Thursday, Friday & Saturday, 3 – 5 March, Noon to 10 pm
Sunday, 6 March, Noon to 6 pm

OPENING NIGHT RECEPTION
Thursday, 3 March, 2011, 10:00 pm to 2 am

To read more details about Verge Art Brooklyn click on the link below:

http://www.brooklynartfair.com/

Non-Art Fair Recommendations

Brice Wolkowitz Gallery Presents: José Parlá “Walls Diaries and Paintings” (Manhattan, NYC)

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José Parlá “Order, Pattern, Organization, Form and Relationship”. Image Courtesy of the gallery.

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Mint&Serf Present: Well Hung: The Chelsea Chapter at +ART. A Fundraiser for Free Arts NYC

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Fountain Art Fair (Manhattan, NY) – Armory Week

Fountain Art Fair
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Fountain New York 2011 Spotlight: Artist Greg Haberny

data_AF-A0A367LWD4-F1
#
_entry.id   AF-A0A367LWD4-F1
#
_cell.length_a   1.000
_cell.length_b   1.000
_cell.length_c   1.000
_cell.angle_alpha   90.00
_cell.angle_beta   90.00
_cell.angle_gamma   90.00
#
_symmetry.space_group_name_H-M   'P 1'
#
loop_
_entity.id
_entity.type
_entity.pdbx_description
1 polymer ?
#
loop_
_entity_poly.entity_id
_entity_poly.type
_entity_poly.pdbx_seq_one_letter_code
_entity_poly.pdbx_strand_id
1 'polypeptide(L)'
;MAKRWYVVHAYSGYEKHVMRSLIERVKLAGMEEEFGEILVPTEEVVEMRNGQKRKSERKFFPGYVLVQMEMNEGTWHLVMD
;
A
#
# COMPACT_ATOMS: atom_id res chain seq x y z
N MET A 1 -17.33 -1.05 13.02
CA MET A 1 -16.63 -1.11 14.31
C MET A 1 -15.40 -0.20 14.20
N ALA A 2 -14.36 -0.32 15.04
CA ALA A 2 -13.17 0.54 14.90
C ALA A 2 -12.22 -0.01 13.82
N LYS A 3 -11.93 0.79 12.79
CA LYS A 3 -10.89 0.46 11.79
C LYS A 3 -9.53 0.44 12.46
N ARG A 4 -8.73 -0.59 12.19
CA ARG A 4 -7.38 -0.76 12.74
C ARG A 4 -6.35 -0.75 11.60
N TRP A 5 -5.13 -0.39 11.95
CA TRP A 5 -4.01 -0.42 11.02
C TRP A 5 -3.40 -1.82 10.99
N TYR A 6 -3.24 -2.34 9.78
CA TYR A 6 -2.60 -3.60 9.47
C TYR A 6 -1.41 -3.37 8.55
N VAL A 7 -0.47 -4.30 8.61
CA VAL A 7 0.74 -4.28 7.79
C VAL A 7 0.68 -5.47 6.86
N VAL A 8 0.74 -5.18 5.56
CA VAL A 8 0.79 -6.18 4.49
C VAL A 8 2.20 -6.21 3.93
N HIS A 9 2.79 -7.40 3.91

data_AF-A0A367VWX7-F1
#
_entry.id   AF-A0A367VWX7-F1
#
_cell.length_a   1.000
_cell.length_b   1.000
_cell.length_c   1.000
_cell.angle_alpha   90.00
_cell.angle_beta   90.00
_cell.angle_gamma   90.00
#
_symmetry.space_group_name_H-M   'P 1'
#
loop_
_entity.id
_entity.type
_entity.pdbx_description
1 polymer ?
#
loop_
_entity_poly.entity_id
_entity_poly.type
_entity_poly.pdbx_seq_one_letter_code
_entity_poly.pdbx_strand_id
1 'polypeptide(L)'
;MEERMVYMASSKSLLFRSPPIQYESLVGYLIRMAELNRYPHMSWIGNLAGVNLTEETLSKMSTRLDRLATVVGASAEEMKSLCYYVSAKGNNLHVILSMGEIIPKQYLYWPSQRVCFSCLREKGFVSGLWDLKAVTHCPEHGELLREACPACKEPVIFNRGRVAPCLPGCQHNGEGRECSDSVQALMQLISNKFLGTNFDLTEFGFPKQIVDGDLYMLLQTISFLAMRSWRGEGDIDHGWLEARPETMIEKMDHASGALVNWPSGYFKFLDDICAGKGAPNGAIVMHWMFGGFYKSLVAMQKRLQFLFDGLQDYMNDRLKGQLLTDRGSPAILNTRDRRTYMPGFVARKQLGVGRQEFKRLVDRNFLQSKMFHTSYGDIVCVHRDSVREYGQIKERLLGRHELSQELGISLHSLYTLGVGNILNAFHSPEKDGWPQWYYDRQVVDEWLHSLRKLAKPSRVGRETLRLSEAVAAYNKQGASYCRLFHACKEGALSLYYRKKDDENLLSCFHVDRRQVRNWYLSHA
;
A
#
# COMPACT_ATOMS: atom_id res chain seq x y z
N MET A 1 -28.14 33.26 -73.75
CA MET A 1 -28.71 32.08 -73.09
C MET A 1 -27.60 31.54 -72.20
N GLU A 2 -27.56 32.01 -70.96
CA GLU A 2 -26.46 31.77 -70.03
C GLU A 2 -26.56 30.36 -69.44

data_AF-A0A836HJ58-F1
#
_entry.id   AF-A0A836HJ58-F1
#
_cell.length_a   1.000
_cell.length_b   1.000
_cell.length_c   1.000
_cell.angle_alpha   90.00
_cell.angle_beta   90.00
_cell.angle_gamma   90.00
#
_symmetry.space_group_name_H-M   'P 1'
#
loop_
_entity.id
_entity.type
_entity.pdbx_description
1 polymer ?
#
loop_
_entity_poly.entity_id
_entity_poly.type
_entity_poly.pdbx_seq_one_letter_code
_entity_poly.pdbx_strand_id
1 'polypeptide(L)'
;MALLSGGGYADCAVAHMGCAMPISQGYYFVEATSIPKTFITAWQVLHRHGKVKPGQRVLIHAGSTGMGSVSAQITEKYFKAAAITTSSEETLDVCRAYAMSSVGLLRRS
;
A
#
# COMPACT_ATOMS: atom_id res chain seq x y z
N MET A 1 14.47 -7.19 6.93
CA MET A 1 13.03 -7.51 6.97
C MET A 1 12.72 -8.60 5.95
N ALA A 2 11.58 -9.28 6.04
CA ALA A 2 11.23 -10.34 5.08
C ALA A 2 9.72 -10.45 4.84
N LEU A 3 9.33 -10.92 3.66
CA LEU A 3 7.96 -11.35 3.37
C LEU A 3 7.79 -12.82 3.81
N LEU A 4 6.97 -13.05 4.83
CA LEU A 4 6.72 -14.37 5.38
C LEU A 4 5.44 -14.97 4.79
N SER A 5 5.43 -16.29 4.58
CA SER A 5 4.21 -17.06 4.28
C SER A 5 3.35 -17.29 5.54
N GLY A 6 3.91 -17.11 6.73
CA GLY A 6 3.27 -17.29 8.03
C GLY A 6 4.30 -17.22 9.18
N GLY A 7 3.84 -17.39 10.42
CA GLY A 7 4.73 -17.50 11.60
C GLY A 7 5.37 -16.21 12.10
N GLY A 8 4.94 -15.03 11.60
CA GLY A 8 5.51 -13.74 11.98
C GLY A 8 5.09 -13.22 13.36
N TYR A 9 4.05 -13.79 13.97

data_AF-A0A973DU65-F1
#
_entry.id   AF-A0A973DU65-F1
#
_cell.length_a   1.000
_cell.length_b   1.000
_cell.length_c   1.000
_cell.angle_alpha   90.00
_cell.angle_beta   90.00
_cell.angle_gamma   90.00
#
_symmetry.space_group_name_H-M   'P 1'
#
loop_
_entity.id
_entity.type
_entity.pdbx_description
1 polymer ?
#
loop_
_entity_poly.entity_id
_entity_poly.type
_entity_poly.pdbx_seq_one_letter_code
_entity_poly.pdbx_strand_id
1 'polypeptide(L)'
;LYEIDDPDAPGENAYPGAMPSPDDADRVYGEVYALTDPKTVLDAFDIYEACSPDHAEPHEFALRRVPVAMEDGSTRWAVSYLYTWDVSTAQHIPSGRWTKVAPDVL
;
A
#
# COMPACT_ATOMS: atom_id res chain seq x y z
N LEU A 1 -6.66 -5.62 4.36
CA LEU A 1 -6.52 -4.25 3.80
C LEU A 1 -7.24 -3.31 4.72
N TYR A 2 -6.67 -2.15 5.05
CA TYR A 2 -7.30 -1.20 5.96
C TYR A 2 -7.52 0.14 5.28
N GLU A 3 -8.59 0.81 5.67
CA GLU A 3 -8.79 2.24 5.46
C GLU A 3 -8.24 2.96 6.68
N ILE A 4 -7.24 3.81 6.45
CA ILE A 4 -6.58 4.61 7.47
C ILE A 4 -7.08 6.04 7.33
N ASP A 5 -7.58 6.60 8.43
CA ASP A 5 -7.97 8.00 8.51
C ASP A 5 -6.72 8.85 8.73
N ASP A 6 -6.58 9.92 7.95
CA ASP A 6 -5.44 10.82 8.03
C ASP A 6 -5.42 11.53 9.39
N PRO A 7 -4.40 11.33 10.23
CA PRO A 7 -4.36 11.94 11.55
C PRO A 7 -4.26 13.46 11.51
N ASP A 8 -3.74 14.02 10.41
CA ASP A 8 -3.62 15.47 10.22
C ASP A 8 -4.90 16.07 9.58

When you first encounter the artwork of Greg Haberny, you find yourself on a detour off the main road of contemporary art, exploring an alluring roadside attraction of weather-beaten highway signs, familiar childhood characters nightmarishly stripped of their make-up, and political and pop icons soaked in acetate. Though the images and creatures are entrancing, below the feeling of familiarity is a lingering discomfort, an unease that spreads throughout the subconscious. Be it politics, commercialism, or consumerism, Haberny scrapes images of their superficial veneer, revealing grotesque truths that are otherwise glazed over.

Inspired by family members practicing Impressionism and Folk Art, swayed by classic film and repulsed by the perversion of the human psyche, Haberny combines the beauties and the monstrosities of everyday life in a way that resonates with each viewer. His art takes on a life force of its own, deviously sinking into the dark corners of the minds of those who look.

When you come upon Greg Haberny in the maze of Fountain booths, you will discover yourself immersed in his version of a brave new world. Haberny goes beyond individual artworks, transforming his entire space into an all-consuming installation, an atmospheric sensory-overload. While we can’t reveal what Haberny has in store for Fountain NY 2011, his previous Fountain installations Pop Culture Wasteland and Wanker’s Ball ensure we are all in for a surprising, unruly, and uniquely-Haberny experience.